Anglia Ruskin University
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Music-based interventions to address wellbeing in people with a vision impairment: protocol for a scoping review

journal contribution
posted on 2023-08-30, 19:36 authored by Nurbanu Somani, Eldré W. Beukes, Alexander J. Street, Rosie Lindsay, Peter M. Allen
Introduction- Music-based interventions are used to improve well-being in individuals who are psychologically vulnerable and have long-term illnesses. To date, no study has systematically assessed the literature on music-based interventions aimed at improving well-being in people who have a vision impairment (VI). The purpose of the current protocol is to provide the methodology for a scoping review, to explore the therapeutic outcomes and strategies used in music-based interventions aimed specifically at people with a VI. Methods and analysis- This scoping review protocol was developed according to the Joanna Briggs Institute methodology and reporting will follow the Preferred Reporting Items for Systematic Reviews and Meta-Analyses Extension for Scoping Reviews checklist and guidelines. The anticipated start date for this study was July 2021. The proposed review will include studies that use music therapeutically as part of a treatment intervention for all VI populations. Studies that meet the inclusion criteria with regards to population, concept and context will be included. Electronic database searches will be conducted independently by two researchers and include MEDLINE, EMBASE, CINAHL Plus, PsycINFO and Web of Science. Further searches will include the reference lists of included studies and grey literature. A narrative synthesis will be conducted to map out the types of therapeutic music interventions undertaken and to compare therapeutic outcomes. Ethics and dissemination- As the methodology of this study consists of collecting data from publicly available articles, it does not require ethics approval. The findings of the planned scoping review are important to guide the development of future interventions, or strategies, that will attempt to use music to improve well-being in people with a VI. The results will be disseminated through a peer-reviewed publication and conference presentations.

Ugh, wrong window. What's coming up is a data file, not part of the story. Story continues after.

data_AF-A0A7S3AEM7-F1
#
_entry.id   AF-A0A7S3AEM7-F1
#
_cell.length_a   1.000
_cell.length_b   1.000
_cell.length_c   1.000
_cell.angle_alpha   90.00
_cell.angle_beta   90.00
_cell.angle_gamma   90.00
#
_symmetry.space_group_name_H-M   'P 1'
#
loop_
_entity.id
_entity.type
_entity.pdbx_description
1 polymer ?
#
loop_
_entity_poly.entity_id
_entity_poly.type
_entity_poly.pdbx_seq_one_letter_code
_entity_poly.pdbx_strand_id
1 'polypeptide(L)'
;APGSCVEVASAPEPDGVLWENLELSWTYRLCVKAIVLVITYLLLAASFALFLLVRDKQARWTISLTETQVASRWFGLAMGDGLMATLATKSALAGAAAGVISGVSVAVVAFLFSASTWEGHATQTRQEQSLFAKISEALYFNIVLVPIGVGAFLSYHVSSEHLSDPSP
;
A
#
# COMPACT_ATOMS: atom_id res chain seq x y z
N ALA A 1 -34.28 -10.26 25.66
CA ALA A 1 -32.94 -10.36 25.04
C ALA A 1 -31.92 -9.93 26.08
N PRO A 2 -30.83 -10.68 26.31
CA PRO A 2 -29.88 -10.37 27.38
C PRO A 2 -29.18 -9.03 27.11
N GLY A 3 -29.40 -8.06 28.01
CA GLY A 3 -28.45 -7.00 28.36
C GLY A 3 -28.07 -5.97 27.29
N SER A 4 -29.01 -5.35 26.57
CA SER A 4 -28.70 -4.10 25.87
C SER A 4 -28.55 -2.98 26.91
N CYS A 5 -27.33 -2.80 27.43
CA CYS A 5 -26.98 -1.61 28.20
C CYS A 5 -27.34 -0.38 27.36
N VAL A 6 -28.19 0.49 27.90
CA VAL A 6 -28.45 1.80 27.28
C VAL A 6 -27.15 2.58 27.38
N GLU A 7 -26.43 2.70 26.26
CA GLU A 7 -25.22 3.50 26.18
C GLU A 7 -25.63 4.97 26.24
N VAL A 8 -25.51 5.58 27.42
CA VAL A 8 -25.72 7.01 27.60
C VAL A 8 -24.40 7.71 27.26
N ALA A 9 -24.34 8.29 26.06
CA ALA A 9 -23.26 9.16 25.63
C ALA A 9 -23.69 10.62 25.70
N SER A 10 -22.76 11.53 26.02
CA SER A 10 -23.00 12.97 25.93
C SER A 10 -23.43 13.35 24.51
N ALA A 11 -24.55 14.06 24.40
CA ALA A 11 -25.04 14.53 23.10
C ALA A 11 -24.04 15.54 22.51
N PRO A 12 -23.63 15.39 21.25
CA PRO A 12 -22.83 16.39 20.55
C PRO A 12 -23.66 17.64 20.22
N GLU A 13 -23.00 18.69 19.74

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BMJ Open





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  • Accepted version


  • eng

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Faculty of Science & Engineering

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